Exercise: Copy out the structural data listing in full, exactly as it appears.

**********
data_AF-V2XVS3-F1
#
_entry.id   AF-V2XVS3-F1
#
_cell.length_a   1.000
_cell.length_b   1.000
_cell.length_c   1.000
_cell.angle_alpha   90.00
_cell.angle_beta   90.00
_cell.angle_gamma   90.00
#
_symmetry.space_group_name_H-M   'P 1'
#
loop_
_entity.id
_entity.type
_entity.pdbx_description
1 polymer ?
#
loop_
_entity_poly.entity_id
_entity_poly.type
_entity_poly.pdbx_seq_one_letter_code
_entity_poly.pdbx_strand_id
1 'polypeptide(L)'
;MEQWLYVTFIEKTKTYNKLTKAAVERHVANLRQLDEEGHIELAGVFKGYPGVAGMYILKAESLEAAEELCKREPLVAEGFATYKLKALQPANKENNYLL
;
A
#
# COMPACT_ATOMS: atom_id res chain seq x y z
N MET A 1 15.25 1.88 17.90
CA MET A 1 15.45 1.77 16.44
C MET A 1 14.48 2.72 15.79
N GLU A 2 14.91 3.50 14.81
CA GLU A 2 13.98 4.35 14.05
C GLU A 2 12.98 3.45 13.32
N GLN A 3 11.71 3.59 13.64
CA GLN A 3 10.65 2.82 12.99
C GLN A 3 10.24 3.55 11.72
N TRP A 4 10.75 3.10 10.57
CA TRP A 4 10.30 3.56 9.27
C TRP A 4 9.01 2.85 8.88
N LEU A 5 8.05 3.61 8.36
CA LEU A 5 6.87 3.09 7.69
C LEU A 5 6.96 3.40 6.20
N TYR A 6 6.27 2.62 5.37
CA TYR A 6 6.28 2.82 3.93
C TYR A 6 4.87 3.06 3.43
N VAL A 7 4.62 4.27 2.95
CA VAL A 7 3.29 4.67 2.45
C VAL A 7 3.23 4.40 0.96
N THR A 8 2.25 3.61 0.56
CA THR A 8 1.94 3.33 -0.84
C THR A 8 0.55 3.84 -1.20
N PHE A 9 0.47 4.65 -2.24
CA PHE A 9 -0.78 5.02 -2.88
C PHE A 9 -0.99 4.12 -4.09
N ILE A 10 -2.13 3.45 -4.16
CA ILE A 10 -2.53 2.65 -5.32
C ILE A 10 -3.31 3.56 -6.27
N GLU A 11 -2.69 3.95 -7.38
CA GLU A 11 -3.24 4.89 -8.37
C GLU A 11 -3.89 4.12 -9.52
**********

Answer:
data_AF-V2XVS3-F1
#
_entry.id   AF-V2XVS3-F1
#
_cell.length_a   1.000
_cell.length_b   1.000
_cell.length_c   1.000
_cell.angle_alpha   90.00
_cell.angle_beta   90.00
_cell.angle_gamma   90.00
#
_symmetry.space_group_name_H-M   'P 1'
#
loop_
_entity.id
_entity.type
_entity.pdbx_description
1 polymer ?
#
loop_
_entity_poly.entity_id
_entity_poly.type
_entity_poly.pdbx_seq_one_letter_code
_entity_poly.pdbx_strand_id
1 'polypeptide(L)'
;MEQWLYVTFIEKTKTYNKLTKAAVERHVANLRQLDEEGHIELAGVFKGYPGVAGMYILKAESLEAAEELCKREPLVAEGFATYKLKALQPANKENNYLL
;
A
#
# COMPACT_ATOMS: atom_id res chain seq x y z
N MET A 1 15.25 1.88 17.90
CA MET A 1 15.45 1.77 16.44
C MET A 1 14.48 2.72 15.79
N GLU A 2 14.91 3.50 14.81
CA GLU A 2 13.98 4.35 14.05
C GLU A 2 12.98 3.45 13.32
N GLN A 3 11.71 3.59 13.64
CA GLN A 3 10.65 2.82 12.99
C GLN A 3 10.24 3.55 11.72
N TRP A 4 10.75 3.10 10.57
CA TRP A 4 10.30 3.56 9.27
C TRP A 4 9.01 2.85 8.88
N LEU A 5 8.05 3.61 8.36
CA LEU A 5 6.87 3.09 7.69
C LEU A 5 6.96 3.40 6.20
N TYR A 6 6.27 2.62 5.37
CA TYR A 6 6.28 2.82 3.93
C TYR A 6 4.87 3.06 3.43
N VAL A 7 4.62 4.27 2.95
CA VAL A 7 3.29 4.67 2.45
C VAL A 7 3.23 4.40 0.96
N THR A 8 2.25 3.61 0.56
CA THR A 8 1.94 3.33 -0.84
C THR A 8 0.55 3.84 -1.20
N PHE A 9 0.47 4.65 -2.24
CA PHE A 9 -0.78 5.02 -2.88
C PHE A 9 -0.99 4.12 -4.09
N ILE A 10 -2.13 3.45 -4.16
CA ILE A 10 -2.53 2.65 -5.32
C ILE A 10 -3.31 3.56 -6.27
N GLU A 11 -2.69 3.95 -7.38
CA GLU A 11 -3.24 4.89 -8.37
C GLU A 11 -3.89 4.12 -9.52